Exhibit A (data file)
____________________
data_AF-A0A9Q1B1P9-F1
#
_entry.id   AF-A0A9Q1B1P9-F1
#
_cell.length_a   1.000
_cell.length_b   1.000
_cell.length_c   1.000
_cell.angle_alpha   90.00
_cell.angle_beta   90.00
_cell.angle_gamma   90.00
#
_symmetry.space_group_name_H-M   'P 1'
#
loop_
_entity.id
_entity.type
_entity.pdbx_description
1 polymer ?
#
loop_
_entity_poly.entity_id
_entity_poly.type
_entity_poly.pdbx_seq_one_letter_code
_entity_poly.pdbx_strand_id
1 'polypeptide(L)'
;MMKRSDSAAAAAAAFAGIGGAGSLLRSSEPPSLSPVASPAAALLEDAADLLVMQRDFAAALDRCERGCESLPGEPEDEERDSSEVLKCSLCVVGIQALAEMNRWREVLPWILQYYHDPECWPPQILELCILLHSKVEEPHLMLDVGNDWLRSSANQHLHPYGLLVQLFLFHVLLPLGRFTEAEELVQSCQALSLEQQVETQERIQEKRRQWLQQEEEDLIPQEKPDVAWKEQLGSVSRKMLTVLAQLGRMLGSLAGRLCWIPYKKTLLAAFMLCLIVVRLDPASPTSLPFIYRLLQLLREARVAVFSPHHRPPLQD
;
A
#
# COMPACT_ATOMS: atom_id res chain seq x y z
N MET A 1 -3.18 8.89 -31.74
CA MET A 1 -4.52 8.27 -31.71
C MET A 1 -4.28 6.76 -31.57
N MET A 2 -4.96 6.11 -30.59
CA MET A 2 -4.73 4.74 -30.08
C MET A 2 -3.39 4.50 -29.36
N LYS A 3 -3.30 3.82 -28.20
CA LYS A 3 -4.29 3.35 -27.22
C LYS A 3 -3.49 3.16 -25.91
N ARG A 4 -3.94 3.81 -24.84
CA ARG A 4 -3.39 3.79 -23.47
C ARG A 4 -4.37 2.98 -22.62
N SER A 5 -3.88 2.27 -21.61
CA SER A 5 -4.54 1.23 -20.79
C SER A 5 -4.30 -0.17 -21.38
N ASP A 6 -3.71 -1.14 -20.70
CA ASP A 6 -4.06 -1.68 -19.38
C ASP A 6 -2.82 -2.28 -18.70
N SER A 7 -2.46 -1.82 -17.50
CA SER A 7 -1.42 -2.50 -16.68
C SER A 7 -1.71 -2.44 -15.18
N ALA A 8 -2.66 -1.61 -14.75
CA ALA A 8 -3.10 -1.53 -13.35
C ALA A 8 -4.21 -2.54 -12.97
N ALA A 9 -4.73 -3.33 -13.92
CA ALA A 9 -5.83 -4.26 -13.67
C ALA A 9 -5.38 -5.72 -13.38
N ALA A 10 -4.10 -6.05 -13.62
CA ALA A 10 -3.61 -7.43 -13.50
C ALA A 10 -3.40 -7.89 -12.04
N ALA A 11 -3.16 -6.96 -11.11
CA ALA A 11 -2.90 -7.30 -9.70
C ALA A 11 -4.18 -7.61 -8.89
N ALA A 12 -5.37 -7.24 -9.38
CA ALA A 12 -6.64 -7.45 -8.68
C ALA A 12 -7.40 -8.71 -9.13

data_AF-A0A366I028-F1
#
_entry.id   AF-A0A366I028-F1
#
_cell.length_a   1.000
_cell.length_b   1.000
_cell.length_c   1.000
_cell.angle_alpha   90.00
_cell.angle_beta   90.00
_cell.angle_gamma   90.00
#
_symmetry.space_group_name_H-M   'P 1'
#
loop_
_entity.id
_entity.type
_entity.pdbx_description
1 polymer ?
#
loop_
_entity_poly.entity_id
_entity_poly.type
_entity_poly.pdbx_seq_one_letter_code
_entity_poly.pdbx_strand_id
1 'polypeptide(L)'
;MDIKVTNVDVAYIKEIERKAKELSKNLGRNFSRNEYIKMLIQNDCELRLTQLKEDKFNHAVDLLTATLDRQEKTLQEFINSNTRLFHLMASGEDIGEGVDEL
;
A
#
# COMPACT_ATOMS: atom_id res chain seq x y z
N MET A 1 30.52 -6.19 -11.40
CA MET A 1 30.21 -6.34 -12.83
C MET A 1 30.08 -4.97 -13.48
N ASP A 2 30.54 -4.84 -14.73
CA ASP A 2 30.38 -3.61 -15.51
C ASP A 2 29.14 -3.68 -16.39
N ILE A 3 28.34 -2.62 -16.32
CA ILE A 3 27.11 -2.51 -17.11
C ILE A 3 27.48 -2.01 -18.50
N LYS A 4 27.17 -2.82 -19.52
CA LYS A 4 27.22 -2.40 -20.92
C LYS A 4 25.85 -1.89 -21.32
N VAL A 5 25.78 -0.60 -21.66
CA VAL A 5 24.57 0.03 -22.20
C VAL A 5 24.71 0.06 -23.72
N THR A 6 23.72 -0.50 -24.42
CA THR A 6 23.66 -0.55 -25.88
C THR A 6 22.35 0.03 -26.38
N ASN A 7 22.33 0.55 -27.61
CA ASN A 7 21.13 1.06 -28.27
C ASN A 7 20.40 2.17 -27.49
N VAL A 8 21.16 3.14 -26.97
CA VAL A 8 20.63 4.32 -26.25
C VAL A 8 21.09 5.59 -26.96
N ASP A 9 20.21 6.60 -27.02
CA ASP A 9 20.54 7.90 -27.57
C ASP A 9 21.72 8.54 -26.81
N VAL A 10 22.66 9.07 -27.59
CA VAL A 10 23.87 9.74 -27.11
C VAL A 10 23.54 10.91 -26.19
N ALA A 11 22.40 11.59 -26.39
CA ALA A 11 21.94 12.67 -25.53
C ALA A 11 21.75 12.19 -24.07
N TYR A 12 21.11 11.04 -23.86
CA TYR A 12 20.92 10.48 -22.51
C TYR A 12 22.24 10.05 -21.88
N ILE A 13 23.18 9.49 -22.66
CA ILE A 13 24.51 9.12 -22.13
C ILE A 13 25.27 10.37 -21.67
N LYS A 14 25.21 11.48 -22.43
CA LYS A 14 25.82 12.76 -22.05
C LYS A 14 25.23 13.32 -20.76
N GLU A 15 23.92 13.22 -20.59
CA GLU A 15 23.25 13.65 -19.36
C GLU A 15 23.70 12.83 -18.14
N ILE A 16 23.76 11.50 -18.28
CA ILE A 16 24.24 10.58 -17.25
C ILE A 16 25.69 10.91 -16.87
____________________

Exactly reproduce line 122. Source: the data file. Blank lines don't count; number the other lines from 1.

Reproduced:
CA ASP A 9 20.54 7.90 -27.57